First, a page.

Saturday, January 31, 2009

The importance of relaxing at the plate and hitting the ball the other way

Gordon following new overall plan this winter

Below is an article on former Husker Alex Gordon and his work this offseason to improve his hitting by workig on relaxing at the plate and using the whole field. The article speaks of how Gordon was trying to "muscle up" and pull everything which is a common trait of many high school hitters.

Kevin Seitzer went to a few Royals games last season, and he saw the talent and the power in third baseman Alex Gordon. But he also saw a hitter who seemed too conscious of pulling the ball -- and his swing was not conducive to the kind of consistency needed to haul a hitter through the inevitable struggles of a 162-game season.

So when Seitzer was named as the Royals' new hitting coach several months ago, he already had a good sense of adjustments he wanted to address with Gordon, the Royals' slugger. Weeks ago, Gordon started going out to Seitzer's place to work on his swing, and he feels as if he's made great strides as he prepares for the third season of his career.

"It's really about the approach, mentally," said Gordon, who also has been working on his defensive play with former Royals third baseman Joe Randa.

Gordon feels like he lost focus in his approach and that, in taking batting practice, he'd gotten into the habit of trying to launch the baseball. "I was trying to muscle up when I took BP," he said.

What Gordon and Seitzer have done in their work together is to change the hand path of his swing -- to change the way he swings the bat, to put him in a better position to use the whole field, to hit the ball up the middle and the opposite way. They've talked about making him more fluid in his swing, less rigid -- "letting his hands work better," Seitzer said.

Gordon starts each of their sessions with tee work designed to make him use his hands properly, with his feet essentially flat, "to get the mechanics going the right way."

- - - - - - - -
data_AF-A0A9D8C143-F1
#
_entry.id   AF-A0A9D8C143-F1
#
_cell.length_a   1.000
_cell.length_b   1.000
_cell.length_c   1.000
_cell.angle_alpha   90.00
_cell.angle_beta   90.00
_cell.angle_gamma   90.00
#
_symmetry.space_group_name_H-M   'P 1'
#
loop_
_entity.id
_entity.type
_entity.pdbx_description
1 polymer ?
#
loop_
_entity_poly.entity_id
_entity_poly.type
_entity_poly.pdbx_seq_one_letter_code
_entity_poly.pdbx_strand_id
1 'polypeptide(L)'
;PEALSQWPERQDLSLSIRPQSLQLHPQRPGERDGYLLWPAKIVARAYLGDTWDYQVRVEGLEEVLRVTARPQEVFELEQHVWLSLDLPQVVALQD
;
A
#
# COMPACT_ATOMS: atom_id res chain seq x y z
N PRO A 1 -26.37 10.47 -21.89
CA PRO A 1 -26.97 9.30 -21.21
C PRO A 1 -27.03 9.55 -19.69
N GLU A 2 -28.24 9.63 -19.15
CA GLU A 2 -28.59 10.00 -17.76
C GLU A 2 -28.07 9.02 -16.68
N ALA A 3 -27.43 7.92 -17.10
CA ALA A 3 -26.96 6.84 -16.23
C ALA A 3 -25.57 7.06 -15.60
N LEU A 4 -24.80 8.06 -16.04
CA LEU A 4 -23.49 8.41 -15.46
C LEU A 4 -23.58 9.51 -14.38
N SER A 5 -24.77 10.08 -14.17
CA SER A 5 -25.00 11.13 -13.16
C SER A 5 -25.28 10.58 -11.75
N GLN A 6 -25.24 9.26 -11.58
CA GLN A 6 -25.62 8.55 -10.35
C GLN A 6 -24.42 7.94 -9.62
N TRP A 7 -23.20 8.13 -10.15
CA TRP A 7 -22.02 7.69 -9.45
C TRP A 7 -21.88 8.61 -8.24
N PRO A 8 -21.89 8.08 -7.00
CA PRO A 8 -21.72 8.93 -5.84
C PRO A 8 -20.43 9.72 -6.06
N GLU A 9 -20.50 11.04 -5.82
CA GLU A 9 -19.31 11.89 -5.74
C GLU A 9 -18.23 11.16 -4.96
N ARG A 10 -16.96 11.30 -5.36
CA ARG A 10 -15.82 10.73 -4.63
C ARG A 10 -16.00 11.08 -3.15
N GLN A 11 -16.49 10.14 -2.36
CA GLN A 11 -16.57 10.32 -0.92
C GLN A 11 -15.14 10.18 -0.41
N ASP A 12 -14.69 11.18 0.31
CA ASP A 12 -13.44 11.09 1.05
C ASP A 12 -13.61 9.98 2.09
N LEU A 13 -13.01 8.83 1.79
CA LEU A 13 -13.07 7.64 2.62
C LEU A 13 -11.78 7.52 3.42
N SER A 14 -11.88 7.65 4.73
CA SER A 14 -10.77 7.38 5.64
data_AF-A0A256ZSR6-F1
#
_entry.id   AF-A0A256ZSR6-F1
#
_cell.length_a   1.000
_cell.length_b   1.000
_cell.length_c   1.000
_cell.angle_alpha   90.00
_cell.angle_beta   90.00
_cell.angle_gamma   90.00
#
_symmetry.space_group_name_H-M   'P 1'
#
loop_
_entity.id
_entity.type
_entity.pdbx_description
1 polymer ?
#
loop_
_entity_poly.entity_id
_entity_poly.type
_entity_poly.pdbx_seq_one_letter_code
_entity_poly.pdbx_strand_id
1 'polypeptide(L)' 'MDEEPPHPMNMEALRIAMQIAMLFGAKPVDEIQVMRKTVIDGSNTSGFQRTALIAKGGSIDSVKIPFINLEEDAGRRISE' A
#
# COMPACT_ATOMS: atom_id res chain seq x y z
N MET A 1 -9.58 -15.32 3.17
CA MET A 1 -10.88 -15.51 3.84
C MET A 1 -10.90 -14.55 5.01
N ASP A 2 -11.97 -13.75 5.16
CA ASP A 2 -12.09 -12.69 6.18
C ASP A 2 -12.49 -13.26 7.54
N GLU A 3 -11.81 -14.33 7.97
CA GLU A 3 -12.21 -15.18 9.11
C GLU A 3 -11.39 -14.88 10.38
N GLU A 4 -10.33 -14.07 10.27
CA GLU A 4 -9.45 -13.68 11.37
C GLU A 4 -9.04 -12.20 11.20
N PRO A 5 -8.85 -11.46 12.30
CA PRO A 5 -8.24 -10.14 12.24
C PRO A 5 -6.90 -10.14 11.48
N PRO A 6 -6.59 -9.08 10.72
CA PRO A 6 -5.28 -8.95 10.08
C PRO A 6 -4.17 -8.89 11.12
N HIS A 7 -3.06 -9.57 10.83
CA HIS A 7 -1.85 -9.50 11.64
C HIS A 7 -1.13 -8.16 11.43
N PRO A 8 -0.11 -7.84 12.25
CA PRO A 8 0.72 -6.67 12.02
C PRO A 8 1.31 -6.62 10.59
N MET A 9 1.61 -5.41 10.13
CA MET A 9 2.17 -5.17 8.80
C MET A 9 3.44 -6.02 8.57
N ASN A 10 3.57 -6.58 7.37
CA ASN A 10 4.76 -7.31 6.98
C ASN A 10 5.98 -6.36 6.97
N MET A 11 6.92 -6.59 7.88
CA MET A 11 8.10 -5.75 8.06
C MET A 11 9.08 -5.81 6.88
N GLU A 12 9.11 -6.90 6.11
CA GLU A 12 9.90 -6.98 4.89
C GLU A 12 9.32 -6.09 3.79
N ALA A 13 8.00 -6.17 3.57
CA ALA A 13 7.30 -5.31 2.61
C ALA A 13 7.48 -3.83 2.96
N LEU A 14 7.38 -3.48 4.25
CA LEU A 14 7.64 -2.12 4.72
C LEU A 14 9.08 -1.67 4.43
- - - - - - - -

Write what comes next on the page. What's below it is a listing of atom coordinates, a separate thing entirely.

Then, when he starts to take regular batting practice, they talk situations -- different counts, different runner alignments, different pitchers. The default swing for Gordon, throughout, is that approach to hit the ball the other way. It's an adjustment that Seitzer believes will serve Gordon well through the long season.

"I think there's probably 10-15 percent of the season when a hitter is smoking hot," said Seitzer. "There's about 10-15 percent of the season when a hitter is ice-cold, when they have no clue. And about 60-70 percent of the time, they feel OK, when they have decent days. Hopefully, we can shorten the ice-cold part for him, and increase the smoking-hot time."

Gordon had some really cold spells last season. His month-to-month OPS, at-bats, walks and strikeouts:
April: .799, 98, 10, 24

May: .745, 107, 13, 25

June: .748, 98, 14, 24

July: .704, 84, 14, 23

August: .877, 56, 11, 11

September: .888, 45, 4, 11

Gordon's work on his defense with Randa has been in cleaning up a lot of his mechanics, of getting his feet in the right position so that he doesn't have to rely so much on his arm, which has tended to drag as he makes his throws.

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